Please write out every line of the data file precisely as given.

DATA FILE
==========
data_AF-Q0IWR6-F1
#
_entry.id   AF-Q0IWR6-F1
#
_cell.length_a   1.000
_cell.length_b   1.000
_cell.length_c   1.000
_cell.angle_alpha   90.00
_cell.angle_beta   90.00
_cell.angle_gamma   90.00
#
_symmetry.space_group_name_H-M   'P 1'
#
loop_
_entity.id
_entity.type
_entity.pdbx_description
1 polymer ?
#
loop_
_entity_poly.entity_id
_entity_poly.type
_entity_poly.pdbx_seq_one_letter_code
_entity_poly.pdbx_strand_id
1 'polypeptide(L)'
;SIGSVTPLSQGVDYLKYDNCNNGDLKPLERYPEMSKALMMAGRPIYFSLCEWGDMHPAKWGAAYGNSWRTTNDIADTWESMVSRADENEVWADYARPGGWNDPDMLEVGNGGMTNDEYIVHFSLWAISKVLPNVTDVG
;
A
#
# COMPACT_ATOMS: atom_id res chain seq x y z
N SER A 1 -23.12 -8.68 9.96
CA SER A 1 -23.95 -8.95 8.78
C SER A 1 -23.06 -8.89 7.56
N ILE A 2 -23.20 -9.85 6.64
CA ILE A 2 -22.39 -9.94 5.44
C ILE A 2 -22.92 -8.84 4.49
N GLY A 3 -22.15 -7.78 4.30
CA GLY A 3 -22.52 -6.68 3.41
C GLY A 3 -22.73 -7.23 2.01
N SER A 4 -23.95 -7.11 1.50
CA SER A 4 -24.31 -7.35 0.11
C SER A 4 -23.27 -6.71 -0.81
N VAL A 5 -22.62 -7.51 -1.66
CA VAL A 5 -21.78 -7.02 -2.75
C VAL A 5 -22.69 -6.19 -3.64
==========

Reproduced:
data_AF-Q0IWR6-F1
#
_entry.id   AF-Q0IWR6-F1
#
_cell.length_a   1.000
_cell.length_b   1.000
_cell.length_c   1.000
_cell.angle_alpha   90.00
_cell.angle_beta   90.00
_cell.angle_gamma   90.00
#
_symmetry.space_group_name_H-M   'P 1'
#
loop_
_entity.id
_entity.type
_entity.pdbx_description
1 polymer ?
#
loop_
_entity_poly.entity_id
_entity_poly.type
_entity_poly.pdbx_seq_one_letter_code
_entity_poly.pdbx_strand_id
1 'polypeptide(L)'
;SIGSVTPLSQGVDYLKYDNCNNGDLKPLERYPEMSKALMMAGRPIYFSLCEWGDMHPAKWGAAYGNSWRTTNDIADTWESMVSRADENEVWADYARPGGWNDPDMLEVGNGGMTNDEYIVHFSLWAISKVLPNVTDVG
;
A
#
# COMPACT_ATOMS: atom_id res chain seq x y z
N SER A 1 -23.12 -8.68 9.96
CA SER A 1 -23.95 -8.95 8.78
C SER A 1 -23.06 -8.89 7.56
N ILE A 2 -23.20 -9.85 6.64
CA ILE A 2 -22.39 -9.94 5.44
C ILE A 2 -22.92 -8.84 4.49
N GLY A 3 -22.15 -7.78 4.30
CA GLY A 3 -22.52 -6.68 3.41
C GLY A 3 -22.73 -7.23 2.01
N SER A 4 -23.95 -7.11 1.50
CA SER A 4 -24.31 -7.35 0.11
C SER A 4 -23.27 -6.71 -0.81
N VAL A 5 -22.62 -7.51 -1.66
CA VAL A 5 -21.78 -7.02 -2.75
C VAL A 5 -22.69 -6.19 -3.64